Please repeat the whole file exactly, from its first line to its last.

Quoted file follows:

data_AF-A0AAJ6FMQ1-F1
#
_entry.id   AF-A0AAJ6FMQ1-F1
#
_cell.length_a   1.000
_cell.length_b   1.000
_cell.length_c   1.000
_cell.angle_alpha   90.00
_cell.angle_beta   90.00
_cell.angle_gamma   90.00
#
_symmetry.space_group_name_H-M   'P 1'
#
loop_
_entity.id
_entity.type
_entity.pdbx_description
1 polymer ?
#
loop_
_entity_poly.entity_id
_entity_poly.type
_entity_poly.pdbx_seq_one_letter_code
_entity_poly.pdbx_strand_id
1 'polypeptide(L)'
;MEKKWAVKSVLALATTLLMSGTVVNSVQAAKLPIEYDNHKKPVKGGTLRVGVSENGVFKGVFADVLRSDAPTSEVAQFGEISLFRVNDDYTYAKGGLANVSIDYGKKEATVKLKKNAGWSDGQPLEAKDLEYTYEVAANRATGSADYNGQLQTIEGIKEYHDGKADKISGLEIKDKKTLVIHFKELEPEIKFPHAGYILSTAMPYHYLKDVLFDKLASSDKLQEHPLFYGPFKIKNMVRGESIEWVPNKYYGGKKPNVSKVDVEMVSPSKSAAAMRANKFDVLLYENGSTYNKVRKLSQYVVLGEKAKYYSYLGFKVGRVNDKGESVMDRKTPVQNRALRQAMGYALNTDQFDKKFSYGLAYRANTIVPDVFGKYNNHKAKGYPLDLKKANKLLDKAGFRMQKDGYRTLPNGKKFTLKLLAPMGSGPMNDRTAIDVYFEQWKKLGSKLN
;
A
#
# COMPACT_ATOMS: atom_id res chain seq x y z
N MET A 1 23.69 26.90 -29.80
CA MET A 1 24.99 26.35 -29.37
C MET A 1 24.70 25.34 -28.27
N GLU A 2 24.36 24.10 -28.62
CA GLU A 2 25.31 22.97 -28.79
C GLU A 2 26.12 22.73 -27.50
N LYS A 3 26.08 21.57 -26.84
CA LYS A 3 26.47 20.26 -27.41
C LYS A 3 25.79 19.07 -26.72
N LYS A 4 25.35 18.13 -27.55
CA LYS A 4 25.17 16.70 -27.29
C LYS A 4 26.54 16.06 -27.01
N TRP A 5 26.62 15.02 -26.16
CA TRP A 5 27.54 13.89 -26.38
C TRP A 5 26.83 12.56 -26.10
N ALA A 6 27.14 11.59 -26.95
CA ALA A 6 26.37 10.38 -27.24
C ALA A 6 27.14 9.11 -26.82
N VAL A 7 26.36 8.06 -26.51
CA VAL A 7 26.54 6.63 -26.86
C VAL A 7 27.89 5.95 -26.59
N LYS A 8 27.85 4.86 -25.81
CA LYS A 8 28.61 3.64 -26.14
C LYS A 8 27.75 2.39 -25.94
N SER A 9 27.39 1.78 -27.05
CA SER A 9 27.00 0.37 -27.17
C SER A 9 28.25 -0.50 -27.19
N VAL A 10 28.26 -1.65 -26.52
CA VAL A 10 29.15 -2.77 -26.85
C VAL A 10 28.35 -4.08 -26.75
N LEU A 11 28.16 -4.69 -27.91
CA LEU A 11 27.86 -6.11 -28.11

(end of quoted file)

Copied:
data_AF-A0AAJ6FMQ1-F1
#
_entry.id   AF-A0AAJ6FMQ1-F1
#
_cell.length_a   1.000
_cell.length_b   1.000
_cell.length_c   1.000
_cell.angle_alpha   90.00
_cell.angle_beta   90.00
_cell.angle_gamma   90.00
#
_symmetry.space_group_name_H-M   'P 1'
#
loop_
_entity.id
_entity.type
_entity.pdbx_description
1 polymer ?
#
loop_
_entity_poly.entity_id
_entity_poly.type
_entity_poly.pdbx_seq_one_letter_code
_entity_poly.pdbx_strand_id
1 'polypeptide(L)'
;MEKKWAVKSVLALATTLLMSGTVVNSVQAAKLPIEYDNHKKPVKGGTLRVGVSENGVFKGVFADVLRSDAPTSEVAQFGEISLFRVNDDYTYAKGGLANVSIDYGKKEATVKLKKNAGWSDGQPLEAKDLEYTYEVAANRATGSADYNGQLQTIEGIKEYHDGKADKISGLEIKDKKTLVIHFKELEPEIKFPHAGYILSTAMPYHYLKDVLFDKLASSDKLQEHPLFYGPFKIKNMVRGESIEWVPNKYYGGKKPNVSKVDVEMVSPSKSAAAMRANKFDVLLYENGSTYNKVRKLSQYVVLGEKAKYYSYLGFKVGRVNDKGESVMDRKTPVQNRALRQAMGYALNTDQFDKKFSYGLAYRANTIVPDVFGKYNNHKAKGYPLDLKKANKLLDKAGFRMQKDGYRTLPNGKKFTLKLLAPMGSGPMNDRTAIDVYFEQWKKLGSKLN
;
A
#
# COMPACT_ATOMS: atom_id res chain seq x y z
N MET A 1 23.69 26.90 -29.80
CA MET A 1 24.99 26.35 -29.37
C MET A 1 24.70 25.34 -28.27
N GLU A 2 24.36 24.10 -28.62
CA GLU A 2 25.31 22.97 -28.79
C GLU A 2 26.12 22.73 -27.50
N LYS A 3 26.08 21.57 -26.84
CA LYS A 3 26.47 20.26 -27.41
C LYS A 3 25.79 19.07 -26.72
N LYS A 4 25.35 18.13 -27.55
CA LYS A 4 25.17 16.70 -27.29
C LYS A 4 26.54 16.06 -27.01
N TRP A 5 26.62 15.02 -26.16
CA TRP A 5 27.54 13.89 -26.38
C TRP A 5 26.83 12.56 -26.10
N ALA A 6 27.14 11.59 -26.95
CA ALA A 6 26.37 10.38 -27.24
C ALA A 6 27.14 9.11 -26.82
N VAL A 7 26.36 8.06 -26.51
CA VAL A 7 26.54 6.63 -26.86
C VAL A 7 27.89 5.95 -26.59
N LYS A 8 27.85 4.86 -25.81
CA LYS A 8 28.61 3.64 -26.14
C LYS A 8 27.75 2.39 -25.94
N SER A 9 27.39 1.78 -27.05
CA SER A 9 27.00 0.37 -27.17
C SER A 9 28.25 -0.50 -27.19
N VAL A 10 28.26 -1.65 -26.52
CA VAL A 10 29.15 -2.77 -26.85
C VAL A 10 28.35 -4.08 -26.75
N LEU A 11 28.16 -4.69 -27.91
CA LEU A 11 27.86 -6.11 -28.11